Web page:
Editor’s note: This is a guest post by Avinash Nair, a digital marketer at E2M.
E-commerce has been among the earliest industries to have successfully adopted predictive testing and analytics methodologies. The reason is pretty obvious. In a dynamic and competitive e-commerce space, getting to know the customer better and offering him the right products/services at the right time is the key to business success.
In an effort to retain customers and attract newer ones, online retailers are being proactive in trying to deliver targeted advertising and promotions that are more likely to convert. Although this sounds obvious, predictive testing is not easy and according to a research report by Ventana, only 13% of the respondents (2600 businesses) considered predictive analysis as a critical aspect of their business intelligence strategy. Predictive analysis is a specialized tool and it is beyond the capabilities of many people.
Nonetheless, predictive analysis is the need of the hour in an extremely competitive e-commerce environment where, without the right tools to predict the future, a business can simply run out of steam and peter away into nothingness. Not only is predictive testing helpful in knowing the customer better and help in product recommendations, it can also help in revenue forecasting and finding the true value of a marketing channel.
Historical data has its own limitations in an ever-changing marketing environment. This might not be the best source to predict future happenings. This is where predictive testing can come to the rescue. Case studies are aplenty that show successful use of predictive testing and analysis. E-commerce enterprises use it to better predict customer behavior and use these insights to serve better offers and promotions. They also use it for micro-targeting, attribution modeling, churn analysis and optimization, improved inventory management and in many other areas.
Best practices to use predictive testing and analysis
- Set specific goals
Like any good campaign, know what you wish to achieve before you start. This can be a challenge with predictive analysis, because most businesses are so enamored by the mystique around predictive testing that they fail to realize that it is not a magic wand that will solve every conceivable problem the business is facing or will face in the future.
- Have some foundational data to begin with
Most businesses feel that since historical data is unable to accurately predict future outcomes in a highly competitive e-commerce landscape, predictive testing is their end-all-be-all. Therein lies their biggest mistake. Remember that predictive testing is a statistical model that is based on historical data or any foundational data. If there is no supporting data, predictive testing cannot “predict” anything.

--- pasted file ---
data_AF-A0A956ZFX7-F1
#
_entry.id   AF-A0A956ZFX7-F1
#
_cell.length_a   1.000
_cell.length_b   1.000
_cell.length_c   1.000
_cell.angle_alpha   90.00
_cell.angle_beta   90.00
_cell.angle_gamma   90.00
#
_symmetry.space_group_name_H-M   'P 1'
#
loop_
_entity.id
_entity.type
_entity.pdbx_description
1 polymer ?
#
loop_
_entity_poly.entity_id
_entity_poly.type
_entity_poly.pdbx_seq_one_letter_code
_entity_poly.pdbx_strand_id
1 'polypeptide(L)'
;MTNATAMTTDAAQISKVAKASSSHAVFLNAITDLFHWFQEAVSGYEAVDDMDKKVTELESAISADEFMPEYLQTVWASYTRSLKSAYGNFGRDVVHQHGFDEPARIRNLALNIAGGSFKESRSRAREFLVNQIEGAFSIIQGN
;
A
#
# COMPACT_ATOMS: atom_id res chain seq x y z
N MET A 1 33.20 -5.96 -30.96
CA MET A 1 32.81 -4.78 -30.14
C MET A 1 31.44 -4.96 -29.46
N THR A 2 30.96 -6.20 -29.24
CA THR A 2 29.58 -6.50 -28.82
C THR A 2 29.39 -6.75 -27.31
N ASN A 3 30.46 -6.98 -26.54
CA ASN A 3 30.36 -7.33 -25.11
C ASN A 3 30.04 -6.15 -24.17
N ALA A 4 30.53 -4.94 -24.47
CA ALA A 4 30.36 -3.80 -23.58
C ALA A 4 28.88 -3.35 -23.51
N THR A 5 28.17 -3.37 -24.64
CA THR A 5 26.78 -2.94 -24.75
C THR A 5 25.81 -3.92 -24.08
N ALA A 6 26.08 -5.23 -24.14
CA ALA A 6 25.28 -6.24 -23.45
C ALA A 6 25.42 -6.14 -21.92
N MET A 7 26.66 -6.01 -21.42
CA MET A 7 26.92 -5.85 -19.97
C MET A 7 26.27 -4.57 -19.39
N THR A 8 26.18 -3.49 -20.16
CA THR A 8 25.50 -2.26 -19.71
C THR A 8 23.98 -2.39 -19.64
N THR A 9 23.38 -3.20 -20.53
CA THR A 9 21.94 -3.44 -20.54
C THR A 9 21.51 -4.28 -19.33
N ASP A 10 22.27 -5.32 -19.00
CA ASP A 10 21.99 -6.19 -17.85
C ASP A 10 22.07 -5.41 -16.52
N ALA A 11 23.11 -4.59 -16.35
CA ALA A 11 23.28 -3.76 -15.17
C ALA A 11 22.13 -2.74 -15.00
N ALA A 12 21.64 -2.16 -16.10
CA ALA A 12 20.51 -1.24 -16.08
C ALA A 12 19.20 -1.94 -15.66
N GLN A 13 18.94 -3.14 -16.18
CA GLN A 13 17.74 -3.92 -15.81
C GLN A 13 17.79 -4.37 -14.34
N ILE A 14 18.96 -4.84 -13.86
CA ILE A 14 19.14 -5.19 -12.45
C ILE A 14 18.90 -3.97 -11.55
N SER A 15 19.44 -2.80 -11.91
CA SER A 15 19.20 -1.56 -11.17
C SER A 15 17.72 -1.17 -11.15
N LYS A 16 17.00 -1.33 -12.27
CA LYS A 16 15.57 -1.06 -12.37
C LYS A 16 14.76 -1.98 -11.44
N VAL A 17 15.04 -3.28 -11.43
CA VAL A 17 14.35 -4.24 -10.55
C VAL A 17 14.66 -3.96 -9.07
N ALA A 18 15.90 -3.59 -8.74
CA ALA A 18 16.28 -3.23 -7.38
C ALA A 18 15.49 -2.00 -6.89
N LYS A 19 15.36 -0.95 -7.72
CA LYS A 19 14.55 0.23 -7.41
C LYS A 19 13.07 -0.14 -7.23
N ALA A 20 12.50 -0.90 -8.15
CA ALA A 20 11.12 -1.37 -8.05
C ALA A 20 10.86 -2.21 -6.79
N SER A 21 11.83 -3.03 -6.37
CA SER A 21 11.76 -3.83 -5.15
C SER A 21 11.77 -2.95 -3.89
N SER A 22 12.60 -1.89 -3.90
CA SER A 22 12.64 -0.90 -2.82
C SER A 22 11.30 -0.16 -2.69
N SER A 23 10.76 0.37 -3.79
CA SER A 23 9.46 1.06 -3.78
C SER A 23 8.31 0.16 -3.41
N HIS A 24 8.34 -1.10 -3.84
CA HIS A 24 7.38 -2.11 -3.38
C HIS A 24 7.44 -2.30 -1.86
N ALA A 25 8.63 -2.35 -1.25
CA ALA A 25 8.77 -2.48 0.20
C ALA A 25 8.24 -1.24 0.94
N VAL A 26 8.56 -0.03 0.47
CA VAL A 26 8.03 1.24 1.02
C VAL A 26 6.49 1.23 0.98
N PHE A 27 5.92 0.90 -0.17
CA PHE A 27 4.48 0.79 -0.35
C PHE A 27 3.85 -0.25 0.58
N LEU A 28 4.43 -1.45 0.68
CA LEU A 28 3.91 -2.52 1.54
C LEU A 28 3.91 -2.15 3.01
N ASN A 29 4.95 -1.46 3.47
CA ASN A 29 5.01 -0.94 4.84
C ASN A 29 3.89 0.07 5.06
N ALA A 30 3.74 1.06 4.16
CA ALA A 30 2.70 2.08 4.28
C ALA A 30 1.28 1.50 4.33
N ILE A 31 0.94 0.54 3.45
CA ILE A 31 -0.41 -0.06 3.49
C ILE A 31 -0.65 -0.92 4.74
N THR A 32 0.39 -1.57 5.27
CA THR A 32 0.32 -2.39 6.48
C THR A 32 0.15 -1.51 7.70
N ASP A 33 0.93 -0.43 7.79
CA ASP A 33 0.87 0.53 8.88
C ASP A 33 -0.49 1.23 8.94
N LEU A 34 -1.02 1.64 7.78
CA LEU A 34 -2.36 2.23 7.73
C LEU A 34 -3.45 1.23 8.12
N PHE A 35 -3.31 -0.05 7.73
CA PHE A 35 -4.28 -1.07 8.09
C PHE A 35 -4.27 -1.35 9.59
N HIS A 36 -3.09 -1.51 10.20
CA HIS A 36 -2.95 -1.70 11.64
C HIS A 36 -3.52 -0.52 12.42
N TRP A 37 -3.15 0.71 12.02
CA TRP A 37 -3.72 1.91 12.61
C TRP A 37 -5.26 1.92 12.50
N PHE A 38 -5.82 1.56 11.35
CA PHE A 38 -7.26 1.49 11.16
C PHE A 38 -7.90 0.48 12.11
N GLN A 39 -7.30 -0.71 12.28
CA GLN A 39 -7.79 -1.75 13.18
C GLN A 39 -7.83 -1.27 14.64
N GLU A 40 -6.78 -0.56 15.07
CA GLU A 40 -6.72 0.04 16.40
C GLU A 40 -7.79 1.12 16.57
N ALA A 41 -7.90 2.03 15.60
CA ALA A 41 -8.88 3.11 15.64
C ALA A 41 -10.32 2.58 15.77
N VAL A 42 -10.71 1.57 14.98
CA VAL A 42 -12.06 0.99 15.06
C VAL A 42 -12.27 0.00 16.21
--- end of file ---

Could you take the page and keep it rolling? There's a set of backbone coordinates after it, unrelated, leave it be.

- Set small, realistic goals
Predictive testing takes time and is investment–intensive. 60% – 80% of the time allotted to a project is used in data collection. This could mean up to a year. If the project is grandiose, the earlier part of the project that does not show any results may not encourage the management to maintain elevated levels of investment. It is always worthwhile to set small, realistic goals, succeed and then build on from there.
- Have a deployment strategy in place
Okay, so now you have a stunning predictive model in hand. What do you do with it? You deploy it to your business to see the results the model predicted. This is where most businesses fail to see the model for what it is. It is a model that “predicts” what the outcomes will be only “if it is deployed.” The model won’t start working on its own.
Deployment strategies can range from simple to extremely complex depending upon the complexity of the current business models in place. This can lead to further investments that could run into a few thousand dollars. Thus many-a-times, the deployment of the model can be more resource-and time-intensive than building the model itself.
- Obvious results can still provide insights
Many times, predictive testing will reveal that most of the customers will come back without much intervention. Many businesses may “throw away” the model as it is just stating the obvious and they do not, apparently, have any use of the model. But predictive models can be very valuable in identifying deviations.
There might be anomalies that the business needs to look out for. For example a predictive model tells you that 95% of your customers will return and yet you find that a substantial number of high-paying customers do not return at all. This is an anomaly and has to be addressed. This is where proactive intervention is necessary.
To intervene, you need to first know why the customers weren’t returning. This is where you need more data. Only then can the business try to find the best way to get them back.
Predictive testing in e-commerce, or any industry for that matter, isn’t easy. It requires a combination of a robust testing method and human intuition and insight. Many consultants say that it is really hard to get it right. Mistakes will occur but the key is to remain flexible in mindset and accommodate any changes that occur along the way. The best practices stated above will help you form a strong base to build your predictive testing model.
Author bio: Avinash Nair is a digital marketer at E2M, India’s premium digital marketing agency. He specializes in Content Marketing and SEO consulting services. You can find him on Twitter: @AviNair52